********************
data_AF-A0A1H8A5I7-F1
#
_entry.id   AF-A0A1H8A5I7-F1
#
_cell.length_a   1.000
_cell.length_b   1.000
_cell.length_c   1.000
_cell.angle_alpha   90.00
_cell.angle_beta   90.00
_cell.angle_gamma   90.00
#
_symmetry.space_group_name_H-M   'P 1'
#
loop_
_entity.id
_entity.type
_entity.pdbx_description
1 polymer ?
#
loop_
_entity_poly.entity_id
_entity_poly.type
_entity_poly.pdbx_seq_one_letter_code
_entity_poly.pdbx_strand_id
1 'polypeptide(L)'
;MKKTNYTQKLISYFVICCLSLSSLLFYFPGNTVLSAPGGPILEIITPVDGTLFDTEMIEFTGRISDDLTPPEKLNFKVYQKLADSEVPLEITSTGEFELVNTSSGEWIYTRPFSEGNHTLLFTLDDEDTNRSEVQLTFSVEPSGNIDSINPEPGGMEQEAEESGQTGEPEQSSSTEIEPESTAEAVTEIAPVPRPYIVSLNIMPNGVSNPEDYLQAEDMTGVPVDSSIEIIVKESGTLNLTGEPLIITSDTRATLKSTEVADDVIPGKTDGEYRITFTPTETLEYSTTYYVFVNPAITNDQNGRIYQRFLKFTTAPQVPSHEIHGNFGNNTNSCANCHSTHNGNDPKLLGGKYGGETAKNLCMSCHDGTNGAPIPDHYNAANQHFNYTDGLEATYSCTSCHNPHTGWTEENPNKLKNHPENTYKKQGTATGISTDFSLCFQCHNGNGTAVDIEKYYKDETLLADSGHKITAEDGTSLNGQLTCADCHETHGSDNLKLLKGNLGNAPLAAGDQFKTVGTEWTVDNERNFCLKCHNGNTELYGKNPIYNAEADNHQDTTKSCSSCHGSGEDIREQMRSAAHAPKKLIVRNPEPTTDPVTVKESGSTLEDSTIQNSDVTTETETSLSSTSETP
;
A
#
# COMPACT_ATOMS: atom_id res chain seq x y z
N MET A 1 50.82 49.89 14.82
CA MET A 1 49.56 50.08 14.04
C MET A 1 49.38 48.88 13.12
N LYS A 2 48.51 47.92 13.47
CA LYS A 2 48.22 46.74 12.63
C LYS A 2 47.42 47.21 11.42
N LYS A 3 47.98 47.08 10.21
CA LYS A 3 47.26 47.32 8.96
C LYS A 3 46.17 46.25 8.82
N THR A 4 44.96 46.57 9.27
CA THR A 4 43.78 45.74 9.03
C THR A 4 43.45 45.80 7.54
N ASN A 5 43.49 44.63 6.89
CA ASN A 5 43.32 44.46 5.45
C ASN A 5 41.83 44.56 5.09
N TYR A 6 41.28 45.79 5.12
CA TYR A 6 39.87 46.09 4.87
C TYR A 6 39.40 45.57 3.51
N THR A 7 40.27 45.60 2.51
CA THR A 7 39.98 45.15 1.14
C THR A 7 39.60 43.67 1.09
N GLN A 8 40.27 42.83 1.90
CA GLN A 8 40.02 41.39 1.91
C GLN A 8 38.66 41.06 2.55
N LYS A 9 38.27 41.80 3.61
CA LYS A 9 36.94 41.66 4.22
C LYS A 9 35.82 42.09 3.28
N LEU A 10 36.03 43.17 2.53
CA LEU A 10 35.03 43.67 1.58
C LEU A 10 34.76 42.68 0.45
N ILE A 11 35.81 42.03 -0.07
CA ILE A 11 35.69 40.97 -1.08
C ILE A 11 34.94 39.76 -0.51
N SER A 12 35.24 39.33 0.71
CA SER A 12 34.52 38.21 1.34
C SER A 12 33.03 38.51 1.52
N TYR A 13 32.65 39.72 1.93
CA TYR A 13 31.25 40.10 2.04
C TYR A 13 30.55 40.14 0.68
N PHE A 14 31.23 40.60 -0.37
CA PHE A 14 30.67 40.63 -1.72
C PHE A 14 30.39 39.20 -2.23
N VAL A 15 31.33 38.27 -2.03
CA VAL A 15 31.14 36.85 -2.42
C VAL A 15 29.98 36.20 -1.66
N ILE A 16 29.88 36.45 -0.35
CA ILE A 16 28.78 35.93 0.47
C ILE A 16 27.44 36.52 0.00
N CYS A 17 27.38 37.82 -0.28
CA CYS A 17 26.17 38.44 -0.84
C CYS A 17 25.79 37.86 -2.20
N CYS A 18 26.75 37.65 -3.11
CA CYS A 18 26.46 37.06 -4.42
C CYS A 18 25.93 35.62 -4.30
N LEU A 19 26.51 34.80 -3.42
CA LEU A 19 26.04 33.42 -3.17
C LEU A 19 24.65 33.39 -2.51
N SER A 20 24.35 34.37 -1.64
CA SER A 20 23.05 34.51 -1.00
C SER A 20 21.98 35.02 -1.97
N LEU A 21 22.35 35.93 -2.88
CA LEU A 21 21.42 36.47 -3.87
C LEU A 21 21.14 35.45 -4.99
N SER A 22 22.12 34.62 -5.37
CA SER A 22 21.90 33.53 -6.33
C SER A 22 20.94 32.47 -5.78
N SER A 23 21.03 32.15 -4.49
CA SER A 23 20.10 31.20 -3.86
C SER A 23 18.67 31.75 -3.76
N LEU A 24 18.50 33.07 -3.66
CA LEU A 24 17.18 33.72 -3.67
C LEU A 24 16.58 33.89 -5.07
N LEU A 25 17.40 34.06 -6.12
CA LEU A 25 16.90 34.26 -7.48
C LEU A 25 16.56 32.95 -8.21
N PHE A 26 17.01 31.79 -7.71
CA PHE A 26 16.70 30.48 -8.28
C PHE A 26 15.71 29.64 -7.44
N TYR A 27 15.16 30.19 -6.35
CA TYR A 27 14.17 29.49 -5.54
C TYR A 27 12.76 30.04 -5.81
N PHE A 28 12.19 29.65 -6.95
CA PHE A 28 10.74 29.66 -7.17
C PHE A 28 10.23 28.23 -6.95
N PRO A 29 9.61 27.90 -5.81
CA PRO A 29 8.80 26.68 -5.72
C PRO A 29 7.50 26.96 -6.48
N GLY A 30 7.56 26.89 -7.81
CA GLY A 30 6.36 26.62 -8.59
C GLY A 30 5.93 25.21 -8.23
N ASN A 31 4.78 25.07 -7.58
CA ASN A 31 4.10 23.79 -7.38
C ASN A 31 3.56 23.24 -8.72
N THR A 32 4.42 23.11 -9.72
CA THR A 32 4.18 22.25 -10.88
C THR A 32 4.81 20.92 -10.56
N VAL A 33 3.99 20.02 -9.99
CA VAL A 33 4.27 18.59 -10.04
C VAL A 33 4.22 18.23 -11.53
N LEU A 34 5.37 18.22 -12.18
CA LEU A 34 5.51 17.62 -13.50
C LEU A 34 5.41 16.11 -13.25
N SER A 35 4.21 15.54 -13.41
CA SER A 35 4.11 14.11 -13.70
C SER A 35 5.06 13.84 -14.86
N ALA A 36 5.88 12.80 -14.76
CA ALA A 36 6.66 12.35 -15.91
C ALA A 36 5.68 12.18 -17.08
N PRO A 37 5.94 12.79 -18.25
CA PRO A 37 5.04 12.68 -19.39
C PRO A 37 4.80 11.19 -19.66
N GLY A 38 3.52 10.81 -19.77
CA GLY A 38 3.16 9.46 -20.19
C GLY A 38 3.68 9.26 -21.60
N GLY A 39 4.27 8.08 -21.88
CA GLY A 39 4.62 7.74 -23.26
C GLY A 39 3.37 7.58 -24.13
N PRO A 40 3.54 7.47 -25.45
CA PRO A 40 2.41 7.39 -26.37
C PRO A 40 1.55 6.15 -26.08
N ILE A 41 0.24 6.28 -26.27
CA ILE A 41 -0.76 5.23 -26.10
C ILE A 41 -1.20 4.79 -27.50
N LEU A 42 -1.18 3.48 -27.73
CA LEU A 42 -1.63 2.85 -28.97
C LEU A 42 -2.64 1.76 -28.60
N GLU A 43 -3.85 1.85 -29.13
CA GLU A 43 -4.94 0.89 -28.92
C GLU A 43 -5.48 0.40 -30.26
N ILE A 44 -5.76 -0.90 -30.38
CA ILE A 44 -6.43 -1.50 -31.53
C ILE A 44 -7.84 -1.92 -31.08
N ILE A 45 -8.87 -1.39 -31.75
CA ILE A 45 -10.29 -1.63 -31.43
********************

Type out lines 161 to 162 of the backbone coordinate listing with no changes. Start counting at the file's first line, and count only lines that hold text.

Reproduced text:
CA ILE A 44 -6.43 -1.50 -31.53
C ILE A 44 -7.84 -1.92 -31.08